October 30, 2015
It's Mad to Forgo Missile Defense
American thinking about missile defense has been incoherent from the very beginning. The issue is superficially simple: the Soviet Union threatened the American people with nuclear missiles, so the U.S. should naturally have tried to defend them against those missiles. Missile defense is among the most unequivocally defensive military systems one can imagine. It cannot be used for attack. Yet the U.S. signed the Anti-Ballistic Missile Treaty with the Soviets and has refrained from serious efforts to build and deploy large-scale missile defense ever since. This policy never made sense and now makes even less. The proliferation of long-range precision missiles that can strike the U.S. and our allies with either nuclear or conventional warheads requires that America develop and field effective missile defense against all likely foes.
Objections to missile defense have always been based on the belief that it would be de-stabilizing. The U.S. persuaded itself that the most effective way to prevent nuclear war with the U.S.S.R. was through “mutual assured destruction” or MAD, under which stability in a nuclear world required the nuclear states to know that all would be destroyed if any started a war. The Soviets, interestingly, did not accept this view and strove instead to achieve nuclear predominance. They feared that American technological advantages would allow the U.S. to field an effective defensive system, however, that would nullify their growing lead in missiles and warheads. So they lent their propaganda resources eagerly to the fight against the Strategic Defense Initiative pursued by Ronald Reagan, with a large measure of success.
Whatever sense MAD might have made in the 1970s, it makes no sense today. America would not be more secure, nor the world more stable, if our potential adversaries such as Iran and China, to say nothing of al-Qaeda, knew that they could destroy us utterly at the outbreak of major war. Presidents Bush and Obama have both seemed to realize this fact and worked somewhat tepidly to deploy and enhance systems that could defend against Iranian missiles aimed at Europe or at our forces in and around the Persian Gulf.
The nuclear agreement with Iran heightens the urgency of missile defense because of the way the Iranians have interpreted the deal. They reject any constraints on their ability to deploy missiles of all ranges and payload-weights, and claim that the agreement itself does not impose any such constraints upon them. They are right about that—the constraints, such as they are, are in the U.N. Security Council Resolution endorsing the agreement, not the agreement itself. They have gone beyond claiming their rights to develop missiles, moreover, and are ostentatiously building, testing, and fielding them. Tehran went out of its way, in fact, to test a missile that violated a U.N. Security Council resolution just days before that resolution was to be cancelled. Iran is serious about building a long-range missile arsenal whatever its designs on a nuclear weapon might be.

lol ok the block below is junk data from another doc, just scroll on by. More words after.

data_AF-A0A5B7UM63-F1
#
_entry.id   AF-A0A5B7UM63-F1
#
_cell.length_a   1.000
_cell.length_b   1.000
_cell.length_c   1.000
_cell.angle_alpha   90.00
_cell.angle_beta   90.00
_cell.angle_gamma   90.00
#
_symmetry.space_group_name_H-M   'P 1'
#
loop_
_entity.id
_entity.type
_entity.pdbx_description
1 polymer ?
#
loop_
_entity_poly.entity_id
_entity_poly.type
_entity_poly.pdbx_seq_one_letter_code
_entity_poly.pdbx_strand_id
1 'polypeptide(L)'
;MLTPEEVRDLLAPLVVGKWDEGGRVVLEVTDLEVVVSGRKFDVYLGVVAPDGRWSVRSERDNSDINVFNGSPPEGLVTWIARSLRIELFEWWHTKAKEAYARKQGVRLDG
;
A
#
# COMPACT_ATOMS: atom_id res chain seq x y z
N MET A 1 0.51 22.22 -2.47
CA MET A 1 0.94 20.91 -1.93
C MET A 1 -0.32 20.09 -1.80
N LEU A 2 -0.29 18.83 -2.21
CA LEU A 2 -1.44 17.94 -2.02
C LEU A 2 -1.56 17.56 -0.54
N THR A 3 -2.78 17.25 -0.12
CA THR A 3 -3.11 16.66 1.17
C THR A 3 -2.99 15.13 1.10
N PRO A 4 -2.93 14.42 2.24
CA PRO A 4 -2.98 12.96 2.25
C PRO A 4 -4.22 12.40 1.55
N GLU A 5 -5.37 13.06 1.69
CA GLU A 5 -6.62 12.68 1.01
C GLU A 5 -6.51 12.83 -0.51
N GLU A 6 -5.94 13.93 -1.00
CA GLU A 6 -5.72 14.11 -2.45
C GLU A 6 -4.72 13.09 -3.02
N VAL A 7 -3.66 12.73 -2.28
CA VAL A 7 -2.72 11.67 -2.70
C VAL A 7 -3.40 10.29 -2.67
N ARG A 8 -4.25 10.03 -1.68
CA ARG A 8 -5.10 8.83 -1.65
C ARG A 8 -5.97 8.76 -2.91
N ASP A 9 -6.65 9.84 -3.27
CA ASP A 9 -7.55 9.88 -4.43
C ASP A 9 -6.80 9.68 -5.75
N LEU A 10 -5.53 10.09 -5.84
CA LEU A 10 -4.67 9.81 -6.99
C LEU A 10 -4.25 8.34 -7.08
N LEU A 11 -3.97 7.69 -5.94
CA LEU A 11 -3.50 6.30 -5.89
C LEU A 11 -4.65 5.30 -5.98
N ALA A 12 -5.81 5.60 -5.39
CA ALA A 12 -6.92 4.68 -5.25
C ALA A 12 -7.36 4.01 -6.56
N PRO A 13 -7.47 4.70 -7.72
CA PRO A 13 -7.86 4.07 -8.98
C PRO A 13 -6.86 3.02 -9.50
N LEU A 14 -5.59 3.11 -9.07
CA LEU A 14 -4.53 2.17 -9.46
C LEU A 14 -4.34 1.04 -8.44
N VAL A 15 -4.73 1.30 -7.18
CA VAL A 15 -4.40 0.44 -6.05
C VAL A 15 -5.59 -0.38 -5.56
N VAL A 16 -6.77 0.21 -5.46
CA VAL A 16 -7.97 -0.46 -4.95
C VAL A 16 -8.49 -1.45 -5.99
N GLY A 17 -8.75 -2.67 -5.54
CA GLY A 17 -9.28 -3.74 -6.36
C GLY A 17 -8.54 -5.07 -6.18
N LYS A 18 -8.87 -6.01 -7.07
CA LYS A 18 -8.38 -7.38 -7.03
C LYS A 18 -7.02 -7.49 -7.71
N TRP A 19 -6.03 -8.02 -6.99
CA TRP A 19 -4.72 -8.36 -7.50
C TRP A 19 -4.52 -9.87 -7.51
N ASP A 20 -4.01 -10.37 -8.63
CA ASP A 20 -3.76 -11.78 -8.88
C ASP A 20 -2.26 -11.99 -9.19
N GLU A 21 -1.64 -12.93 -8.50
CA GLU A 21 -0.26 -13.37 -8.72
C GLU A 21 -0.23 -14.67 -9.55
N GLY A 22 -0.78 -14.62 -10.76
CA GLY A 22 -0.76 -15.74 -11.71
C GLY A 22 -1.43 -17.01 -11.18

Yet the legacy suspicion of missile defense continues to paralyze the U.S., helped, once again, by Russia. Geometry shows that missile defenses designed to protect Europe or the U.S. from Iranian missiles should be placed in Eastern Europe. It also shows that defenses located there cannot interfere with Russian missiles launched against the U.S. Yet Vladimir Putin has persuaded many people that the deployment of American missile defense systems in Eastern Europe would be an intolerable provocation of Russia and has largely scuttled them.
Putin’s claims were nonsensical as well as unscientific when he began making them because the U.S. had no desire or intention of trying to defend itself against Russian missiles, despite the fact that Russia’s nuclear arsenal is still large enough to destroy America completely. His intrusion into the discussion of how to defend against Iranian missiles seemed to come from nowhere because Americans gave no thought to Putin’s missiles.
But we must now relook at the complacency with which we contemplate Russia’s arsenal. Putin has threatened to use his nuclear weapons on numerous occasions, including in response to non-nuclear attacks. He has upgraded Russia’s missile delivery systems and deployed them further west as part of an effort to intimidate Europe. He has thus deprived us of the ability to protect against Iranian missiles even as he has increased the threat his own missiles pose.
This nonsense must end. Both American and Israeli technology has been demonstrated to be able to shoot down incoming ballistic missiles with very high accuracy. Such systems should be expanded and forward deployed to protect U.S. bases and our allies in Europe and the Middle East from any and all potential missile attacks. But missile development has continued, and we now face increasing threats from cruise missiles and from hypersonic missiles, against both of which current systems would likely prove ineffective. So another round of missile defense research must be launched to respond to those new threats.
Missile defense is not destabilizing. It does not cause war. It saves lives. Just ask the people of Israel living under the shadow of Iron Dome. Developing effective defense against the most dangerous weapons on the planet is a strategic and moral imperative.